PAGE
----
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Posted 15 May 2015 - 05:14 AM

You make valid points, but there's been some great anecdotal evidence from hospitals involving patients who are "awake" during surgeries that it should be impossible to be conscious during. The patients seem to describe a similar experience of drifting above their bodies, entering the next room, and describing exactly what surgeons or employees were doing while it should've been impossible to ascertain that information. There's also a lot of anecdotal evidence from sudden impact car crashes and other unfortunate events which caused a person to perceive their spirit body, or point of consciousness, leaving their physical body for a brief time, and describing in detail their physical surroundings.

 

Why is the astral cord so often referenced and perceived in OBEs? Why is a "ringing" in the ears often the last sound someone experiences before they claim they can leave their bodies during an OBE? How can healthy individuals claim the same results as patients during cardiac arrest? How can consciousness exist at a point outside the physical body? 

 

I think our consciousness is more than just electrical impulses in the brain. Even when we're unconscious, we can still dream and become aware in our dreams. Further perplexing is the above situations that involve sedation, temporary death, or other instances of minimal brain activity. 

 

http://circ.ahajourn...gAbstracts/A236

 

To be fair: http://brain.oxfordj...ntent/127/2/243

 

Of course a lot, if not most of these experiences may be attributed to hallucinations or brain damage. However these are still theories as to the how and why, and one theory attempts to explain it as a "paroxysmal cerebral dysfunction of the TPJ in a state...of impaired consciousness." Of course I don't think there will ever be proof, because if these experiences are real and otherworldly, they could never be proven by physical science. Quantum science maybe one day, but I think "proof" of life after death would negate the purpose of life in general, and that of free will. 


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#38 DonManley

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Posted 15 May 2015 - 11:53 AM

some great anecdotal evidence from hospitals involving patients who are "awake" during surgeries that it should be impossible to be conscious during. The patients seem to describe a similar experience of drifting above their bodies, entering the next room, and describing exactly what surgeons or employees were doing while it should've been impossible to ascertain that information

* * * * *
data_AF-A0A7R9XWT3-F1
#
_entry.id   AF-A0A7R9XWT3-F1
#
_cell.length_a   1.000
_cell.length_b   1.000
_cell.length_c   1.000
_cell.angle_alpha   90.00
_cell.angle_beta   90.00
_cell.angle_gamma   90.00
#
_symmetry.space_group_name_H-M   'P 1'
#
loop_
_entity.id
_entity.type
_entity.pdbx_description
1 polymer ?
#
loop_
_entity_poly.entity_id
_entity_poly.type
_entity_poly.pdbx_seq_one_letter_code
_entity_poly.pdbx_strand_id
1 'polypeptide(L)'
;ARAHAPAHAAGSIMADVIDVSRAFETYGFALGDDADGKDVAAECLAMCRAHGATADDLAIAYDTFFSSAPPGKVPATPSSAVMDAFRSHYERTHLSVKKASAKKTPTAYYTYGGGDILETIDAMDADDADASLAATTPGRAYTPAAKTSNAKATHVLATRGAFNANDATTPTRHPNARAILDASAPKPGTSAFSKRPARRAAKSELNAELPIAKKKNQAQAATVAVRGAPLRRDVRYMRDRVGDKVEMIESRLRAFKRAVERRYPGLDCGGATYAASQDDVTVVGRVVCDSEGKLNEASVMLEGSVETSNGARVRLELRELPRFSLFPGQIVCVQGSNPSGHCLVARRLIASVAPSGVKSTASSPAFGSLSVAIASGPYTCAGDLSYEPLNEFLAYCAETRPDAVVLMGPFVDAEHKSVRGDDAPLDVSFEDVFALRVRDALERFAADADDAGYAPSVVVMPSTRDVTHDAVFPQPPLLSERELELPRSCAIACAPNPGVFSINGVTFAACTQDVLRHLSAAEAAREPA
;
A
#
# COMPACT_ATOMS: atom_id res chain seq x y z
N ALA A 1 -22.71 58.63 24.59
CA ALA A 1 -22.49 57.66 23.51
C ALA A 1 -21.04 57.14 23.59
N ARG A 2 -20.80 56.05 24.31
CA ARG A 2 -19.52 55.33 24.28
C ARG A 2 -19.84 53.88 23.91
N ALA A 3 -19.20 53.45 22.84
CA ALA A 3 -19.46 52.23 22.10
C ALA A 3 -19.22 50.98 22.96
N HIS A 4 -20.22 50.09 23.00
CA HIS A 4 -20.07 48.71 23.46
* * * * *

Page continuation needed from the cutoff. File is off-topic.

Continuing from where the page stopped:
The problem is that there is no scientific evidence. It's one thing, e.g., to claim that your dog can speak a human language. It's another one to prove it. I can claim that there is an alien under my bed that abducts me every night and I can find anecdotal evidence that other people also seen aliens. I can also write and sell a book about it. Would you believe me? No. At least aliens are not against the basic laws of physics. Dualism requires even more mental acrobatics than alien abductions. But for some reason people more inclined to believe in dualism than in alien abductions. The most likely explanation is that it's wishful thinking, that your brain tries to trick yourself to believe in something without adequate evidence. The thought that one has soul or consciousness that does not die with their body is very comforting.

 

I think our consciousness is more than just electrical impulses in the brain.

If so, then why failures of the physical machinery directly reflected on it. E.g., you can stop being able to recognize faces, you can think that you're arm does not belong to you.  Any aspect of your cognition is effected by changes in the brain. Your perception of the world is completely dependent on the brain. Why waking up somebody from an OBE results in them waking up in their physical body and not being able to stay in that reality? Is the more likely explanation that they return to their body from some other astral plan (which have never been measured by anybody on a physical level) or that they just wake up from dreaming?